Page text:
Because it's not the law.
Although many states have some laws requiring wearing of helmets on motorcyles / modes, this is not universally the case.
Motorcycle helmet laws vary widely among the states and have changed a lot in the past half a century. Currently (April 2019), 19 states and the District of Columbia have laws requiring all riders (operators and passengers) to wear a helmet, known as universal helmet laws. Laws requiring only some motorcyclists to wear a helmet are in place in 28 states. There is no motorcycle helmet use law in three states (Illinois, Iowa and New Hampshire).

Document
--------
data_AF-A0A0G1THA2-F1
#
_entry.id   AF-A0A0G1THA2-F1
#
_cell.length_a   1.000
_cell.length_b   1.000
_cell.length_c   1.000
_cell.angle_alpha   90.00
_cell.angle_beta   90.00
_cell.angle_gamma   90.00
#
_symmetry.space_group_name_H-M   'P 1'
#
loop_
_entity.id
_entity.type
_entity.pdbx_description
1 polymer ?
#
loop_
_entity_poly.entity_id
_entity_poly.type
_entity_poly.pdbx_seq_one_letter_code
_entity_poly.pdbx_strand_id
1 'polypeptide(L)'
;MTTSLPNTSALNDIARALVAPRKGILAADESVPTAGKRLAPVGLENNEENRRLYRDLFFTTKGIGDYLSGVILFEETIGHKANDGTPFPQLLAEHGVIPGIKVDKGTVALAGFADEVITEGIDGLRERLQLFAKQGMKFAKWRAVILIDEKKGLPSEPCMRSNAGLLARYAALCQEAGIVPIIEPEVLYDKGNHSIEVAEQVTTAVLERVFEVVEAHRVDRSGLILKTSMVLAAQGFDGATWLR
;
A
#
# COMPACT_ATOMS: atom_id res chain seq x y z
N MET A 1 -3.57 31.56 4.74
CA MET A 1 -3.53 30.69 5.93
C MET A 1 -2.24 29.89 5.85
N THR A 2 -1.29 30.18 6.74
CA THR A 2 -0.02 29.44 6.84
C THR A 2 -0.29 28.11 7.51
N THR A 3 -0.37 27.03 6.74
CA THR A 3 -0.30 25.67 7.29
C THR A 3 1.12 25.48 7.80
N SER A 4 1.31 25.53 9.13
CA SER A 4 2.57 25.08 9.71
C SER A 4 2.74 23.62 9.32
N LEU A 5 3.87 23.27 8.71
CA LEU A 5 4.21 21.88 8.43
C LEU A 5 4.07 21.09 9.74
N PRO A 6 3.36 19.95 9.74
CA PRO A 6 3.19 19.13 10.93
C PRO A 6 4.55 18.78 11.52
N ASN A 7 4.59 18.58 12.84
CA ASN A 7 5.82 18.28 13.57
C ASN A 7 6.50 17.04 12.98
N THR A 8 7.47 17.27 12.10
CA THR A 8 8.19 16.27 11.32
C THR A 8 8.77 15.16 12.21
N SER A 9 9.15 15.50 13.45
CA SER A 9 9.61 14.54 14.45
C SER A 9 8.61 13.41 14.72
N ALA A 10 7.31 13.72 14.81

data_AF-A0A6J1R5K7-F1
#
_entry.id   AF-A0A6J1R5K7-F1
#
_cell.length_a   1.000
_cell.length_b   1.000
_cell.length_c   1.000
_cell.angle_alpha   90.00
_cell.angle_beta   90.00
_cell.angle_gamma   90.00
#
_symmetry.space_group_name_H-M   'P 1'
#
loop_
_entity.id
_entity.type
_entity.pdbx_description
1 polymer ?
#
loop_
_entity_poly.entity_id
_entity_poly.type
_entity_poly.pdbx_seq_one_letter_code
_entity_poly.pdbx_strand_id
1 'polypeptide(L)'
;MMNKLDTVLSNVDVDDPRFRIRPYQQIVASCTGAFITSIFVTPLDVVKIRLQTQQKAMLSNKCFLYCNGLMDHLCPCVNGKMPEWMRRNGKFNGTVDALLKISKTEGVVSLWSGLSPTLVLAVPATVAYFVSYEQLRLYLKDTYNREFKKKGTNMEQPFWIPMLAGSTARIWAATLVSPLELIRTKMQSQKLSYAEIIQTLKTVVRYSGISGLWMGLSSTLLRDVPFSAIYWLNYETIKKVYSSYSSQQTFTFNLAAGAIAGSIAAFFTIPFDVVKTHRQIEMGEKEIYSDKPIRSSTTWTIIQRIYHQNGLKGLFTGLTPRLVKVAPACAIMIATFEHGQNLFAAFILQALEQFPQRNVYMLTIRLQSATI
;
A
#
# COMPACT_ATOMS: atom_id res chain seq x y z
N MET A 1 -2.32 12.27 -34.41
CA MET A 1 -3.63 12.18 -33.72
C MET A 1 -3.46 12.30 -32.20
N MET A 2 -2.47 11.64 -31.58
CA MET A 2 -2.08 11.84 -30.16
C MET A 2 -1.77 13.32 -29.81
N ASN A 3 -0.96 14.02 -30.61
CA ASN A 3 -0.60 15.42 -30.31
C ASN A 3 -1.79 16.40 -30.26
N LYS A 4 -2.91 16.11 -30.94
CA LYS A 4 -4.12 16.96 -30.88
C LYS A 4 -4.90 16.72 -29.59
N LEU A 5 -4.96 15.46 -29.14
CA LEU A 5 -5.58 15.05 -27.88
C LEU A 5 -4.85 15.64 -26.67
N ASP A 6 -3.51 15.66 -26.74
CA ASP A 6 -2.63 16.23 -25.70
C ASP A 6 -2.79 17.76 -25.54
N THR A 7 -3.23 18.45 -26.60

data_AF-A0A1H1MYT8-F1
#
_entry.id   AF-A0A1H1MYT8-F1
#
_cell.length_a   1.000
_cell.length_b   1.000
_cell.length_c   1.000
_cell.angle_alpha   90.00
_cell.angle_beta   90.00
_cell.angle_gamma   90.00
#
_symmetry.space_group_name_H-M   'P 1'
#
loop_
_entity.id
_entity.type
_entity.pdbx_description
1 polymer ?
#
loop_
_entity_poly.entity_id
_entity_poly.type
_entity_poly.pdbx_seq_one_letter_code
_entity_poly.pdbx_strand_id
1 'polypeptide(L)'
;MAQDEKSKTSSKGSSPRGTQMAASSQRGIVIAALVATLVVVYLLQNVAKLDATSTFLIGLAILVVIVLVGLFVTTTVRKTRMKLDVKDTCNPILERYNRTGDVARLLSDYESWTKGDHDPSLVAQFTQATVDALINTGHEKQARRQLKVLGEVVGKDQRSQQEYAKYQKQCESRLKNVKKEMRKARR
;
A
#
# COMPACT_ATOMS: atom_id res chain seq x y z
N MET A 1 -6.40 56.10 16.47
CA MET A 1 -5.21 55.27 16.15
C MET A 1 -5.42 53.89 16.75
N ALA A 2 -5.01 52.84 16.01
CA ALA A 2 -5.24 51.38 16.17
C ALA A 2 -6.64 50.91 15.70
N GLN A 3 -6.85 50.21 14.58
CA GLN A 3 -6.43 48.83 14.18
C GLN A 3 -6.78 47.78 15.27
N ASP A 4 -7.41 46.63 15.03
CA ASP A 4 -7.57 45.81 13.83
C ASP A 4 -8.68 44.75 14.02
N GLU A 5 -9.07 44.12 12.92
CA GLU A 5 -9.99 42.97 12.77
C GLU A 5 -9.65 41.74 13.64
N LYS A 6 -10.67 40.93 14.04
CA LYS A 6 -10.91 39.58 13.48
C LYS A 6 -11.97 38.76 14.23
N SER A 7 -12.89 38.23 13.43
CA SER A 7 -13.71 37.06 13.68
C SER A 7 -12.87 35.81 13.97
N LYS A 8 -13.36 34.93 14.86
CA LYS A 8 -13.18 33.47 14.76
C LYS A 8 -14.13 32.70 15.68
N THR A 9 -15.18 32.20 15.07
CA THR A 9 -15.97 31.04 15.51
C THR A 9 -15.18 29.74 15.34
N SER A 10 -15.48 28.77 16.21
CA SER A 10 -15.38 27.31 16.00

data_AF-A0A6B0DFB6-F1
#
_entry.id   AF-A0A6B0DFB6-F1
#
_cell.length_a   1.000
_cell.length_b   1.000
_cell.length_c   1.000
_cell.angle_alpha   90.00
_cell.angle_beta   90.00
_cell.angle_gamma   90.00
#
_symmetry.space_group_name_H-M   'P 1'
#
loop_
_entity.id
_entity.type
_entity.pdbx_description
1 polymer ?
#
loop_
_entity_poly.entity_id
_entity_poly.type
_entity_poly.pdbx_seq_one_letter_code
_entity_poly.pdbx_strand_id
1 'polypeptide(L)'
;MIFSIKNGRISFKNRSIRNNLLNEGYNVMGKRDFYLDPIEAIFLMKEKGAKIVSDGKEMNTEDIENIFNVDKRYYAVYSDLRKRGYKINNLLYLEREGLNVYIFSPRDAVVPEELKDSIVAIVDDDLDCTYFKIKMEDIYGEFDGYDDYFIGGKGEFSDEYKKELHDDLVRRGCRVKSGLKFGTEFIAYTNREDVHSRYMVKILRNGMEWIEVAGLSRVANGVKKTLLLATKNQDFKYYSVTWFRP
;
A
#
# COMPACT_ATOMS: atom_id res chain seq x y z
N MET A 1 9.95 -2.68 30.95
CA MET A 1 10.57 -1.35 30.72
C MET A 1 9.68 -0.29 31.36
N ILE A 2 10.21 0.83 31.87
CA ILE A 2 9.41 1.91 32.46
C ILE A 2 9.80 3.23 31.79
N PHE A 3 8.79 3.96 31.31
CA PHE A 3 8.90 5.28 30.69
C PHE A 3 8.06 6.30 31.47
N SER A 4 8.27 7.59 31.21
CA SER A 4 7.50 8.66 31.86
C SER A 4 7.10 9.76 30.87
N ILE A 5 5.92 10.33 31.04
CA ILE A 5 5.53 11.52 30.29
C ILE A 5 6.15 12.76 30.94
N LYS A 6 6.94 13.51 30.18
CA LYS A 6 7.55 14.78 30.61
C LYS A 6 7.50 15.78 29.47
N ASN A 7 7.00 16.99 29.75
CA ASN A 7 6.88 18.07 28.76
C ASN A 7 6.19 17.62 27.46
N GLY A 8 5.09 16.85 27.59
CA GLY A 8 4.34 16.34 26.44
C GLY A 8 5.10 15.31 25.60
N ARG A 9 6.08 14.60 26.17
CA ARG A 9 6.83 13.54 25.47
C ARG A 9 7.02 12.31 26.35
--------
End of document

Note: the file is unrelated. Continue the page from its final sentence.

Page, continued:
In the past, many more states had universal helmet laws, thanks to pressure from the federal government. In 1967, states were required to enact helmet use laws in order to qualify for certain federal safety programs and highway construction funds. The federal incentive worked. By the early 1970s, almost all the states had universal motorcycle helmet laws. However, in 1976, states successfully lobbied Congress to stop the Department of Transportation from assessing financial penalties on states without helmet laws.
Low-power cycle is a generic term used by IIHS to cover motor-driven cycles, mopeds, scooters, and various other 2-wheeled cycles excluded from the motorcycle definition. While state laws vary, a cycle with an engine displacement of 50 cubic centimeters or less, brake horsepower of 2 or less, and top speeds of 30 mph or less typically is considered an low-power cycle. Twenty-three states have motorcycle helmet laws that cover all low-power cycles. Twenty-four states and the District of Columbia have laws that cover some low-power cycles